How to Test the Wiper Switch (Step by Step)

How to Test the Wiper Switch (Step by Step)

Testing to see if the wiper switch is BAD or not is not that hard to do. In this article, I'll show you how to do it with a multimeter.

As you are probably already aware of... the wiper switch is part of the turn signal switch assembly (the whole thing is known a Multi-Function Switch) and this bad boy is not cheap!

You an expect to pay around $150+ US for it... so being able to test it and make sure that the wiper switch is truly fried will save you the frustration of replacing something that not only won't solve the problem... but just made you throw your hard earned money away.

OK, to help you navigate this article, here are its main points:

  1. Symptoms of a BAD Wiper Switch..
  2. What Tools Do I Need To Test The Wiper Switch?
  3. Wiper Switch Circuit Descriptions.
  4. TEST 1: Checking the Wiper Fuse Input.
  5. TEST 2: High Speed Wiper Circuit Test.
  6. TEST 3: Low Speed Wiper Switch Circuit.
  7. TEST 4: Wiper Delay Circuits.
  8. TEST 5: High Speed Circuit Resistance Test.

Symptoms of a BAD Wiper Switch

The wiper switch function within the Multi-Function Switch usually doesn't go BAD. Doesn't mean it doesn't happen, because it does and when it does you'll see one of the following symptoms:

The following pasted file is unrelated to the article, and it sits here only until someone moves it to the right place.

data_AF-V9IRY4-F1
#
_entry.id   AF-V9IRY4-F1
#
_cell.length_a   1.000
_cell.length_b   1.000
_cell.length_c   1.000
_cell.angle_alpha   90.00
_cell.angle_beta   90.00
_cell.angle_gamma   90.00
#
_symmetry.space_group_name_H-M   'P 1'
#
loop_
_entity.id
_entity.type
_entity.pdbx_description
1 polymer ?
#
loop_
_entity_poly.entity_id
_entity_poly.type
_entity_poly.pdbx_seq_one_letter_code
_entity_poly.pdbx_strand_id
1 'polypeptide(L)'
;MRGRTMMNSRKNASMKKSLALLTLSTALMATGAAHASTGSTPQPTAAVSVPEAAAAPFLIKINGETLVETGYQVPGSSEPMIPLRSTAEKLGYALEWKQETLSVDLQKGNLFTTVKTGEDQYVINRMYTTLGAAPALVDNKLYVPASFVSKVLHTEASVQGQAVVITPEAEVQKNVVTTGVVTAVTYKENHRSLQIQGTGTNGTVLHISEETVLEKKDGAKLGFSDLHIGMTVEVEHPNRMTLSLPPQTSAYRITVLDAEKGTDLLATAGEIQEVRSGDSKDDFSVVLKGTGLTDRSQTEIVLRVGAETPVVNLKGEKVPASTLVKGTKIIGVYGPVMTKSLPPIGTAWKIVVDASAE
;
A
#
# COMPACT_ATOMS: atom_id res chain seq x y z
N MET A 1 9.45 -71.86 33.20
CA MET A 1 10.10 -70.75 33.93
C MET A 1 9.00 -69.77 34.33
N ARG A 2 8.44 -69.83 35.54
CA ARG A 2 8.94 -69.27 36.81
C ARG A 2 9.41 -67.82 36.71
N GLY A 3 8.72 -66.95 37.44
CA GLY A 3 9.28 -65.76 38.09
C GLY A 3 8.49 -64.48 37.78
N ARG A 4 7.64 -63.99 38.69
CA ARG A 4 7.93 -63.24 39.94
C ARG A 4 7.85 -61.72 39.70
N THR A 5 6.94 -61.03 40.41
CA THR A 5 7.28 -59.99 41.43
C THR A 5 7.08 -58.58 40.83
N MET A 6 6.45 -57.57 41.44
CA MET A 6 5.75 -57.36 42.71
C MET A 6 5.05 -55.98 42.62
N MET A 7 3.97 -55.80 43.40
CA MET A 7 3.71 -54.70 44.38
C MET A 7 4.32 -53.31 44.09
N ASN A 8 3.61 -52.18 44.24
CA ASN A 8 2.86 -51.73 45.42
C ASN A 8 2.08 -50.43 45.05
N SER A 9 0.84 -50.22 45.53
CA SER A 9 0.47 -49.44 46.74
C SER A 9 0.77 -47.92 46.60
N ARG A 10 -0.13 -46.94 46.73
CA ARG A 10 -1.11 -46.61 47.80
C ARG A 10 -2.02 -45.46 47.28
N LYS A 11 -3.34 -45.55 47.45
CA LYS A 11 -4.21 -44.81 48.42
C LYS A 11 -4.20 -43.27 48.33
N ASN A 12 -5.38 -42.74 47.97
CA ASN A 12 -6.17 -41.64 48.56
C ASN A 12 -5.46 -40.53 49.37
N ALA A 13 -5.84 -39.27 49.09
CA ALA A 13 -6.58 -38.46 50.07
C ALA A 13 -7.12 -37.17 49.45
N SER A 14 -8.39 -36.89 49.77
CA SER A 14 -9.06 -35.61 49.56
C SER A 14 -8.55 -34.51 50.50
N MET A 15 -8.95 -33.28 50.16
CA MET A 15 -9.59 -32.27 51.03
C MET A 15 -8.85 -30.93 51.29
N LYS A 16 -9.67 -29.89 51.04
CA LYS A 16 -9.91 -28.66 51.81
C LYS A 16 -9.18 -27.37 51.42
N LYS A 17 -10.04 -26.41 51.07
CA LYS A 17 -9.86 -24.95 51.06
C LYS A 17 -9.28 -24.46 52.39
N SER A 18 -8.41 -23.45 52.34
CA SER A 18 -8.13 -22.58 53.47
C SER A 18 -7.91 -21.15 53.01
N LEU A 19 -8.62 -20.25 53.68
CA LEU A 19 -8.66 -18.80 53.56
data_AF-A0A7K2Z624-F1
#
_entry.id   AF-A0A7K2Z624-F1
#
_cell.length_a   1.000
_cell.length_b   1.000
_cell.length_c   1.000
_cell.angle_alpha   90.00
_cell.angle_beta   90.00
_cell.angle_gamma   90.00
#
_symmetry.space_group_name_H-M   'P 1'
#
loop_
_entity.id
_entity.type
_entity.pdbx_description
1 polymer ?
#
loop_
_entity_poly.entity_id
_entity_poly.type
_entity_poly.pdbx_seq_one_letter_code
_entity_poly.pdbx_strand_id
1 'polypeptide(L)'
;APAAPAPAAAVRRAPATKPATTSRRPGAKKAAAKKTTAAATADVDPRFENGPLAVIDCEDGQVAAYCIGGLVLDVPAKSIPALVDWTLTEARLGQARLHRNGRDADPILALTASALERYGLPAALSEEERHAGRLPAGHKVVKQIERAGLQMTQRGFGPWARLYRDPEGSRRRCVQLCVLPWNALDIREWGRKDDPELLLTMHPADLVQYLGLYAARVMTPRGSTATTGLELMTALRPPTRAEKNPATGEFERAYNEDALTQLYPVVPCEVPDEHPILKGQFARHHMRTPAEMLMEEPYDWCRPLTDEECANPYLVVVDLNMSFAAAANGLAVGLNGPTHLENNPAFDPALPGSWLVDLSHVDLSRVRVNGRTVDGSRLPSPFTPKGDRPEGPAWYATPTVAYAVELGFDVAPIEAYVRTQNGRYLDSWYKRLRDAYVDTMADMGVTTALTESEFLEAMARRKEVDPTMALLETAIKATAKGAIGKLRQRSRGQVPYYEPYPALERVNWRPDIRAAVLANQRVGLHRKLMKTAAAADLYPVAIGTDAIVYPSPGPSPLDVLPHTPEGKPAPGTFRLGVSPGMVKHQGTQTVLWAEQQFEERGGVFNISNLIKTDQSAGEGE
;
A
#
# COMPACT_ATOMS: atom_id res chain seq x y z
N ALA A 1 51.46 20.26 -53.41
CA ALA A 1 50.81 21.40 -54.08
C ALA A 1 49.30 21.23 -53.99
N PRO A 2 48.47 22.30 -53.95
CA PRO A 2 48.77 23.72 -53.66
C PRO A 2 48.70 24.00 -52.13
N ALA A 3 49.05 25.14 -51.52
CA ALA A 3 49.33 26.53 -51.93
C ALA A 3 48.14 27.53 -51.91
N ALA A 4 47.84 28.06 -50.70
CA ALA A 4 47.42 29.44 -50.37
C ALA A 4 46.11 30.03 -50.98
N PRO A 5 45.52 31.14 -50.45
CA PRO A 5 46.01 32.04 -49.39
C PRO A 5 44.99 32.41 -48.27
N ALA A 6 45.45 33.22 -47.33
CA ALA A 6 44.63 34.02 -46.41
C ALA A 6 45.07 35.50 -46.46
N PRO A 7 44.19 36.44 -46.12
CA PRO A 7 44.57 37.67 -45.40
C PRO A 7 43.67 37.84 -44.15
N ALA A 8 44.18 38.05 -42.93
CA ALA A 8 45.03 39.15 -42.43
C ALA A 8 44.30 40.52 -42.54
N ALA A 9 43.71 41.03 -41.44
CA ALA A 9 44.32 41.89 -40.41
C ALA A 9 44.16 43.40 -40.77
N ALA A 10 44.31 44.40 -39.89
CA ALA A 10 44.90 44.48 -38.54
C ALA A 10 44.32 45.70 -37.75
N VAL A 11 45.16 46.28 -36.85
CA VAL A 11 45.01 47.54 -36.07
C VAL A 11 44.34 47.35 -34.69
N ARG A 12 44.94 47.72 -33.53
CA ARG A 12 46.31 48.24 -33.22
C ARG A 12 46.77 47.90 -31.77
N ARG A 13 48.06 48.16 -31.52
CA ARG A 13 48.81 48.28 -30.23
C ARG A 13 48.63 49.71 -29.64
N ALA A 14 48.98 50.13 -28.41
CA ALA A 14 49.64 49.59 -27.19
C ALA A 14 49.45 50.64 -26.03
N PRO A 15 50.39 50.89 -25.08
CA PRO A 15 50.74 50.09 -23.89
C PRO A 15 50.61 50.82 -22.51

1. No High Speed Wipers.
  2. No Low Speed Wipers.
  3. No Medium Speed Wipers.
  4. No Wiper Motor operation.

The most common culprit of NO Wipers is usually a BAD wiper motor... but not always. So, the focus of this article is to help you test and either eliminate the wiper switch or condemn it as BAD.

As mentioned at the beginning of the article... since the Multi-Function Switch the wiper switch is a part of is so darn expensive, it's best to test it first before buying it. This article will help you to accomplish this.

What Tools do I Need to Test
the Wiper Switch?

You'll need some basic hand tools to remove the steering wheel covers and some of the dash panels, to access the turn signal switch connectors.

You'll also need:

  1. Multimeter.
    1. The multimeter can either be a digital one or an analog one.
    2. If you need to upgrade or buy a multimeter, check out my recommendation: Buying a Digital Multimeter for Automotive Diagnostic Testing (found at: easyautodiagnostics.com).
  2. Wire Piercing Probe.
    1. Although this tool is not an absolute must, if you do buy one, you'll realize just how easy it makes testing the voltages inside the wires.
    2. If you need to see what this tool looks like, you can see it here: Wire Piercing Probe.

As you can see from the list above, it's nothing that's gonna' break the bank.

Wiper Switch Circuit Descriptions

The Multi-Function Switch, that the wiper switch is a part of, has two connectors.

One connector is a Gray one and the other is Black.

Depending on whether your particular GM pickup, van, mini-van, or SUV has cruise control or not... you'll have a total of about 20+ wires connecting between the Multi-Function Switch and its two connectors.

Don't worry, we don't need to test all of the wires to check the wiper switch function within the Multi-Function Switch. As a matter of fact, we only need to worry about testing a total of 3 wires. These 3 circuits (wires) belong to the Gray connector.